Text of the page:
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Cambridge University Press
Party Polarization in America: The War Over Two Social Contracts

Party Polarization in America: The War Over Two Social Contracts

by B. Dan Wood, Soren JordanB. Dan Wood
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This book develops a general explanation for party polarization in America from both historical and contemporary perspectives. Prior polarization studies focused exclusively on the modern era, but this work traces party polarization from the constitutional convention of 1787 to the present. Using such a broad historical perspective shows that what was unusual in American history was the period of low polarization from the Great Depression through 1980, rather than the period of high polarization of the modern era. Polarization is the norm of the American system, not the exception, and is likely to persist in the future. More theoretically, party polarization in America has been due to class-based conflict and rent-seeking by the patrician and plebian classes in various historical eras, rather than conflict over cultural values. As in earlier historical eras, modern party polarization has largely been elite-driven, with party entrepreneurs cunningly and strategically using polarization to their advantage.

Product Details

ISBN-13: 9781107195929
Publisher: Cambridge University Press
Publication date: 08/18/2017
Edition description: New Edition
Pages: 388
Sales rank: 959,285
Product dimensions: 6.57(w) x 9.45(h) x 1.02(d)

About the Author

B. Dan Wood's other books include Presidential Saber Rattling (Cambridge, 2012), The Myth of Presidential Representation (Cambridge, 2009, and recipient of the 2010 Richard Neustadt Award), The Politics of Economic Leadership (2007), and Bureaucratic Dynamics: The Role of Bureaucracy in a Democracy (1994). He is a widely cited author of many articles in leading political science journals. Wood has also taught statistical methods at the Essex Summer School, Colchester, the Interuniversity Consortium for Political and Social Research, University of Michigan, and the European Consortium for Political Research, Vienna, Austria.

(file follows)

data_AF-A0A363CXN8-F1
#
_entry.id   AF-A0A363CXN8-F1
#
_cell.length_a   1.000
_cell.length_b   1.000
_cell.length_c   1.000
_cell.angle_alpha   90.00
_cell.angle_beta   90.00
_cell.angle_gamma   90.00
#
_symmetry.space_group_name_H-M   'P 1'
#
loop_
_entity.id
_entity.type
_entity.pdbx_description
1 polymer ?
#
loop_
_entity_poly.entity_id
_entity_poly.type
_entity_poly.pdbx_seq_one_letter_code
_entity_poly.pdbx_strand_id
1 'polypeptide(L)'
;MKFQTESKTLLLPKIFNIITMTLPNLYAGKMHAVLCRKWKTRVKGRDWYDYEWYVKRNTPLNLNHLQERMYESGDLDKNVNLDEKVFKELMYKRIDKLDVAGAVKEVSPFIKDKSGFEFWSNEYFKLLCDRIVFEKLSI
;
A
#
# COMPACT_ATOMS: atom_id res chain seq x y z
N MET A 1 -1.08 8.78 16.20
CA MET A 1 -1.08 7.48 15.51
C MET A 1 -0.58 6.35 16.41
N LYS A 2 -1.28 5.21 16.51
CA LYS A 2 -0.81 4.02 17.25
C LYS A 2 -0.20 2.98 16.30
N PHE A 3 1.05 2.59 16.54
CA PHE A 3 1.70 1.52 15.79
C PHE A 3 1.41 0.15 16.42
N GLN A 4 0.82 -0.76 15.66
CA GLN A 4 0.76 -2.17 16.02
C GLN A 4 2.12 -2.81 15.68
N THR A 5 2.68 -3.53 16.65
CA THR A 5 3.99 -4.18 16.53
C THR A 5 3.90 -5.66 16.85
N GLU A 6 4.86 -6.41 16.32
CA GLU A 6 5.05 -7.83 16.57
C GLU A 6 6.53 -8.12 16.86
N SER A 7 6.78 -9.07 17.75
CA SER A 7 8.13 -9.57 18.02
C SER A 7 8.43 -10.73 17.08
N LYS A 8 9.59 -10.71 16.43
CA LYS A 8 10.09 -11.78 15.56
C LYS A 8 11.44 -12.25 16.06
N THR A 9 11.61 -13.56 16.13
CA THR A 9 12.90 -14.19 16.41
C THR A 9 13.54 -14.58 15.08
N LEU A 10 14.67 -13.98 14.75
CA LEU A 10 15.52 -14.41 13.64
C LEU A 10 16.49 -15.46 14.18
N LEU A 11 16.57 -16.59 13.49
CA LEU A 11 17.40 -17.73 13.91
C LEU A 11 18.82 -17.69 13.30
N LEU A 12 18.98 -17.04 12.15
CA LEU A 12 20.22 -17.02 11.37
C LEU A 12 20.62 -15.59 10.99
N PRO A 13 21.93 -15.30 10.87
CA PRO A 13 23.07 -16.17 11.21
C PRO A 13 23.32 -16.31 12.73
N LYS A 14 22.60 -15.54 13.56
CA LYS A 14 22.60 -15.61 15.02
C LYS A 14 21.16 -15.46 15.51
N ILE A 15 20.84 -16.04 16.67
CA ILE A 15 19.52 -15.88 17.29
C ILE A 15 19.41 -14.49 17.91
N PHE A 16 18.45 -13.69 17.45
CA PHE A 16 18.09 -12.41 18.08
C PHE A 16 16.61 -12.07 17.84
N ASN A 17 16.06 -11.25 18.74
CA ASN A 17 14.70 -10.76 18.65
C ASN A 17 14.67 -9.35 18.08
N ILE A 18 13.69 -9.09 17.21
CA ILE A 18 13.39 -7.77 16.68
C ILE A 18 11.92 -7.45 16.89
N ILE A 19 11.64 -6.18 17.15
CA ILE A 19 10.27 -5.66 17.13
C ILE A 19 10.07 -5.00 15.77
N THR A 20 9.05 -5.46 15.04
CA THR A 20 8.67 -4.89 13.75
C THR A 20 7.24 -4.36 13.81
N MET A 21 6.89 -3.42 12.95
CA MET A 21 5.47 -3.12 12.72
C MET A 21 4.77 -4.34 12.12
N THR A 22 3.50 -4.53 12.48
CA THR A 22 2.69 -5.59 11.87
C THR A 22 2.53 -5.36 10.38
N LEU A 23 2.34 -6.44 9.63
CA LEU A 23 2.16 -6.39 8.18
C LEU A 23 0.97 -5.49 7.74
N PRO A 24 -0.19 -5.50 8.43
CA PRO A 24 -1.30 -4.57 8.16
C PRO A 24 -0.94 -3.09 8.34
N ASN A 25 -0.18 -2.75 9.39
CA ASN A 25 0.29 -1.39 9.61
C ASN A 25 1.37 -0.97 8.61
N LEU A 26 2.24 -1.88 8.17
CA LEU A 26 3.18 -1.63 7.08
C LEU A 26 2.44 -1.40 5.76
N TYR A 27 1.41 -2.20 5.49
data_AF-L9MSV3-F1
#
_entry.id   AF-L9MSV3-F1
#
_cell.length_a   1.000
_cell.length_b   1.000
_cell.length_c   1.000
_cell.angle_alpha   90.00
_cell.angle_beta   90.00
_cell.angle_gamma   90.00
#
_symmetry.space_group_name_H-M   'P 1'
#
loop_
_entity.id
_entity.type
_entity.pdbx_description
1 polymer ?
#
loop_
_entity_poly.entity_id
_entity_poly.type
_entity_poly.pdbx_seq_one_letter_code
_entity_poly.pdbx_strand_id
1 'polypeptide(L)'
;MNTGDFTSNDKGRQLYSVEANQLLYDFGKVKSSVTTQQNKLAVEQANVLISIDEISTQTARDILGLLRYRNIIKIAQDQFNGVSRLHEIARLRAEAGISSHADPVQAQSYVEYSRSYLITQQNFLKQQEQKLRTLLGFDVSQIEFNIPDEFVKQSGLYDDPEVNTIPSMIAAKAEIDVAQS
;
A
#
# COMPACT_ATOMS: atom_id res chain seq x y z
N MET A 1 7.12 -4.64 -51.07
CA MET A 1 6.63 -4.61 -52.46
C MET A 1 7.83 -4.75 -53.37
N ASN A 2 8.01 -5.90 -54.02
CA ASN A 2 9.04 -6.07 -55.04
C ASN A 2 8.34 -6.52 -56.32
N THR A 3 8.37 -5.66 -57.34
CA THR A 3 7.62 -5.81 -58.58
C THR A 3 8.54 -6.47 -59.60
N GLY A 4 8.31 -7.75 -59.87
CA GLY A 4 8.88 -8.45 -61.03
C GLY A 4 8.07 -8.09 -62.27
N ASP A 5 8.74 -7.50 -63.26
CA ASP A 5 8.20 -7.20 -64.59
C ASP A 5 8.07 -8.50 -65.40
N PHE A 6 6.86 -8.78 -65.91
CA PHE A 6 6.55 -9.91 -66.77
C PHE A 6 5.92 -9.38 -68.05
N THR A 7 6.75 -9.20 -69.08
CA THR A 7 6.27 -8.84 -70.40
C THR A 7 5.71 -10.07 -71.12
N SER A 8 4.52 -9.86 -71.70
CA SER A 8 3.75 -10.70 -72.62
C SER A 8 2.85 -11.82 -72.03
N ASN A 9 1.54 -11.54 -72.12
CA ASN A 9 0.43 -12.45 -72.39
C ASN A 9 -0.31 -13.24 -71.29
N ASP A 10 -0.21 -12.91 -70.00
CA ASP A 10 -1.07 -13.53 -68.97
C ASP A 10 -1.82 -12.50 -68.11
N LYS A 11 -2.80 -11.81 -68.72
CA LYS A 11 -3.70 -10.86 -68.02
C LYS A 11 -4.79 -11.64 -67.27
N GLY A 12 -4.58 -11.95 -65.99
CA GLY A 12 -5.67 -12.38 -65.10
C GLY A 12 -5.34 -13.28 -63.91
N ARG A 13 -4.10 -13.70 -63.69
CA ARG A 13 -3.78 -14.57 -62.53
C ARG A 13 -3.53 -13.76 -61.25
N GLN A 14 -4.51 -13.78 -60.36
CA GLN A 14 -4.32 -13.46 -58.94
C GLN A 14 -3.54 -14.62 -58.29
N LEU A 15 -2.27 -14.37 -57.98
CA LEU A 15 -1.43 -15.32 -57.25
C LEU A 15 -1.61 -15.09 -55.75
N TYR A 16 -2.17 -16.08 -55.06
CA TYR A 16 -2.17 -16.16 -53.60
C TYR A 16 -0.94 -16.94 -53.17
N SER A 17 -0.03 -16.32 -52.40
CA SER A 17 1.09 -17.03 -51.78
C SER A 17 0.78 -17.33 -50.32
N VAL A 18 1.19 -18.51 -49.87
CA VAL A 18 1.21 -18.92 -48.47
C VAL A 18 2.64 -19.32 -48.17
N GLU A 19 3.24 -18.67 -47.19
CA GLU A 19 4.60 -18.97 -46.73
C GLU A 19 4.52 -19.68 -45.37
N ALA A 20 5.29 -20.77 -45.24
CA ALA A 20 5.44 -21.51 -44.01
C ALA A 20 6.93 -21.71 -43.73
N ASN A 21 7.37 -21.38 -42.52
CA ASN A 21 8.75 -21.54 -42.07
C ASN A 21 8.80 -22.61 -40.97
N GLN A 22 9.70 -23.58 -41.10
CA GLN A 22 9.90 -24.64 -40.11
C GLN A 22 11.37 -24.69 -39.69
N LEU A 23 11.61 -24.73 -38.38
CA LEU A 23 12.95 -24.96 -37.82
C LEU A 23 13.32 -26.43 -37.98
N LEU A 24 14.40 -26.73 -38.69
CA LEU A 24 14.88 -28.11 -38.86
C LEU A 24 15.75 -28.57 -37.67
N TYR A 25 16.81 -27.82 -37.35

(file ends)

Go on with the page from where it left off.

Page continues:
Soren Jordan is an Assistant Professor at Auburn University. His research focuses on lawmaking in Congress, especially how lawmaking strategies have evolved over time as a result of the polarization between the two political parties. His work has appeared in Social Science Quarterly, Research and Politics, and The Forum. He is also the author (with Kim Quaile Hill and Patricia A. Hurley) of Representation in Congress: A Unified Theory (Cambridge, 2015). Prior to coming to Auburn in 2016, he was a Post-Doctoral Research Associate in the Department of Political Science at Texas A&M University after earning his Ph.D. there in 2015.

Table of Contents

1. Theoretical perspectives on party polarization in America; 2. Establishing the founders' social contract from the constitutional convention through George Washington; 3. The consequences of the founders' social contract from reconstruction to the Great Depression; 4. Forging the new deal social contract from the Great Depression through World War II; 5. The new deal social contract through the 1970s; 6. Polarization over the new deal social contract from the 1970s to present; 7. Are Americans ideologically polarized?; 8. Elite polarization and democratic representation; 9. Polarization as the norm of the American system.

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